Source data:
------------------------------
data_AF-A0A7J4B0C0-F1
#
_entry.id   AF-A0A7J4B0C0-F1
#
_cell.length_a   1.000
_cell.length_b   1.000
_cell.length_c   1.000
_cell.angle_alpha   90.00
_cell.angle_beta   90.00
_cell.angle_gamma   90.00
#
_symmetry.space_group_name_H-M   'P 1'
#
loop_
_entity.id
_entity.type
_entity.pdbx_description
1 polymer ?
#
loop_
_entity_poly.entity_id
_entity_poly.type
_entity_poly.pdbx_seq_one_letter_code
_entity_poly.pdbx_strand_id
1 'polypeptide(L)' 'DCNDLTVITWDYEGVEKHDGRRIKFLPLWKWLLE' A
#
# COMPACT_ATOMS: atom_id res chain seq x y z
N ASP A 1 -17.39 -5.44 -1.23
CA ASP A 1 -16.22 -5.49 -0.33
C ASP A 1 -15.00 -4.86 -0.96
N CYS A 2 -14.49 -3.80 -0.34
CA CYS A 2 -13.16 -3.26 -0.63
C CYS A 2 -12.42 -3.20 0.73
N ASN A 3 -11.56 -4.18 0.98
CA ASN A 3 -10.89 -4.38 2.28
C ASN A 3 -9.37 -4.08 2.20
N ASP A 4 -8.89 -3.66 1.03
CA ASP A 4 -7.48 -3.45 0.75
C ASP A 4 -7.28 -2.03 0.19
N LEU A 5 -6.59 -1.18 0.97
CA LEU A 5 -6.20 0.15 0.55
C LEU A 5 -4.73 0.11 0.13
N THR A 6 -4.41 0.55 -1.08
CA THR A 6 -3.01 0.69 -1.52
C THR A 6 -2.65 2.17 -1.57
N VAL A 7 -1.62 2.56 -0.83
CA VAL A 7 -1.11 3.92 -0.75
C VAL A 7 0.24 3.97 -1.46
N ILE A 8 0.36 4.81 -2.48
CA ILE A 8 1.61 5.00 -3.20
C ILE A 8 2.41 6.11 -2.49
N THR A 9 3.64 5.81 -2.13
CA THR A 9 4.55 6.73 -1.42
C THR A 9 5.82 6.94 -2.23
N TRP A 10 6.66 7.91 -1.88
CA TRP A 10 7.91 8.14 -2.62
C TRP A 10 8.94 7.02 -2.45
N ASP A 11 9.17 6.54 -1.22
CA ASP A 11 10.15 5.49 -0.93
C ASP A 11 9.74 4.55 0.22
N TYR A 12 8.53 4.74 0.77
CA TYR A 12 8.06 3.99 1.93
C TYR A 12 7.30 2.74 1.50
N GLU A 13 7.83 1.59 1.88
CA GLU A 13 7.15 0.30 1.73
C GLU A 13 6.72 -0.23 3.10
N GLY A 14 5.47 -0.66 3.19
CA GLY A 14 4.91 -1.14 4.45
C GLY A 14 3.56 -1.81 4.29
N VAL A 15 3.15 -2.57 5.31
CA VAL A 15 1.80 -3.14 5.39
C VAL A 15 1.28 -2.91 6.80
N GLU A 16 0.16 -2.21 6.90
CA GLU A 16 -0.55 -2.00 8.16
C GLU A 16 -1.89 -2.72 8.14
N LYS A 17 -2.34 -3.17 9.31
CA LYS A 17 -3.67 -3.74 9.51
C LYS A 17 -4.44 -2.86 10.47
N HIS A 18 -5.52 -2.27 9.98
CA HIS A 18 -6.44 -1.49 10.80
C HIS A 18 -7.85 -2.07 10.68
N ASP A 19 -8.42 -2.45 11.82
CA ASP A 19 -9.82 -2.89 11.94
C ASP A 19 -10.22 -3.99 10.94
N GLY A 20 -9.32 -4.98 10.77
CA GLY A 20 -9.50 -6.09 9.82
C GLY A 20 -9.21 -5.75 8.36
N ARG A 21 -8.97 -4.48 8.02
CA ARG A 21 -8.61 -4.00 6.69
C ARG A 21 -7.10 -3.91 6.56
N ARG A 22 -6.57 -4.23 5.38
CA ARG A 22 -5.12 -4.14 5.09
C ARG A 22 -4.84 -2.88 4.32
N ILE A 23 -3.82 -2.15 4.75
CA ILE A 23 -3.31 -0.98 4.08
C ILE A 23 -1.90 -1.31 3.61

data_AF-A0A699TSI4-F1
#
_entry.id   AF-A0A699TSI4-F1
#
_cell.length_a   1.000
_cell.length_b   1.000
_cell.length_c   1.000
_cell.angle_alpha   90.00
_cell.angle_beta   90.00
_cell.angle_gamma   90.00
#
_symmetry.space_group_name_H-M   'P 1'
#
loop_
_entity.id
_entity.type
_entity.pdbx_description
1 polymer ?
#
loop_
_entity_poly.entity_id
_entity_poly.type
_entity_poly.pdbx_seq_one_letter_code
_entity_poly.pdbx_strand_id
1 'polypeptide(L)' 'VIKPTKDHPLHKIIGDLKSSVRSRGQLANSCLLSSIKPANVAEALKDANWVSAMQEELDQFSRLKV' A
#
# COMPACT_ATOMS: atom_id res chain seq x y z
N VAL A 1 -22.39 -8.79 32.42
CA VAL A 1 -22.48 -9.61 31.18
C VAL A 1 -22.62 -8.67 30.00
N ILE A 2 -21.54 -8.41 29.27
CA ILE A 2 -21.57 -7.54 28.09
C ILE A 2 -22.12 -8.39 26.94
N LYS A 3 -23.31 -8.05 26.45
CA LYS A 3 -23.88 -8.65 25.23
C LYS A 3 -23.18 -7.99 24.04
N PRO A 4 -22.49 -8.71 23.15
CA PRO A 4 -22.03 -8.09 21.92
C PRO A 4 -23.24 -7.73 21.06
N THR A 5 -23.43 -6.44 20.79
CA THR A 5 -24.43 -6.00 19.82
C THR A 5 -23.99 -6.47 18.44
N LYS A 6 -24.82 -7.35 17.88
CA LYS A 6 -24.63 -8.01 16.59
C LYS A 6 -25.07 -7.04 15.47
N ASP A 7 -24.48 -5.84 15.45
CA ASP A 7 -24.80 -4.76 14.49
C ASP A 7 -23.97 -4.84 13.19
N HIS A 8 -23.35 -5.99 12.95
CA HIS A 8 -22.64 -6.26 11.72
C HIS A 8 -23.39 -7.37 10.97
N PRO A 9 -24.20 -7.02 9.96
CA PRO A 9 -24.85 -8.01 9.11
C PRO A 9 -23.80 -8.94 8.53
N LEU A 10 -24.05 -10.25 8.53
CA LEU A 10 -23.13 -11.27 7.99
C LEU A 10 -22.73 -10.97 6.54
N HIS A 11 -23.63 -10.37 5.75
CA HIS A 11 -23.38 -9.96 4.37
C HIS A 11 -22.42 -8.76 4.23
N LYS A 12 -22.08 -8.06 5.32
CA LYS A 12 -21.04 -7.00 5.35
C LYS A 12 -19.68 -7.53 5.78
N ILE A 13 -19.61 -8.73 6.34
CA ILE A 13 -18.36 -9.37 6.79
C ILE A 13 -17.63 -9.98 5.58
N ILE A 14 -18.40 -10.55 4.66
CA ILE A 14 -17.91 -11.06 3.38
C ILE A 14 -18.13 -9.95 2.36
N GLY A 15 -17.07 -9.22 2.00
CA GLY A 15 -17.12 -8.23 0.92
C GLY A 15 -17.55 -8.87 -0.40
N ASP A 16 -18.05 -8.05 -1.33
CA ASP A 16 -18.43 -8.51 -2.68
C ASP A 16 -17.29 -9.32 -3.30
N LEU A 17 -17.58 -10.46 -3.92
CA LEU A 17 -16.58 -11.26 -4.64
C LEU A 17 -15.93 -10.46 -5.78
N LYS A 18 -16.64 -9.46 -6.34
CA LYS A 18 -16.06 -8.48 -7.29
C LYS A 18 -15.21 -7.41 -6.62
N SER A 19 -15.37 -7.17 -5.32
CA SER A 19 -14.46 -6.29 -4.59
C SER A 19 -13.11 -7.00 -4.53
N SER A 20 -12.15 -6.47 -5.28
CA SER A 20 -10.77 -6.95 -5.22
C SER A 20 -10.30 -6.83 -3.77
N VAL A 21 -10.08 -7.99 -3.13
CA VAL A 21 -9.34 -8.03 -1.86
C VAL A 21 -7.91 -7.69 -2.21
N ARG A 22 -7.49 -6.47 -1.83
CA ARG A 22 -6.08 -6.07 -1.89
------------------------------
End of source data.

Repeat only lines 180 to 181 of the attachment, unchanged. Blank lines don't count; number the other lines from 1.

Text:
C SER A 19 -13.11 -7.00 -4.53
N SER A 20 -12.15 -6.47 -5.28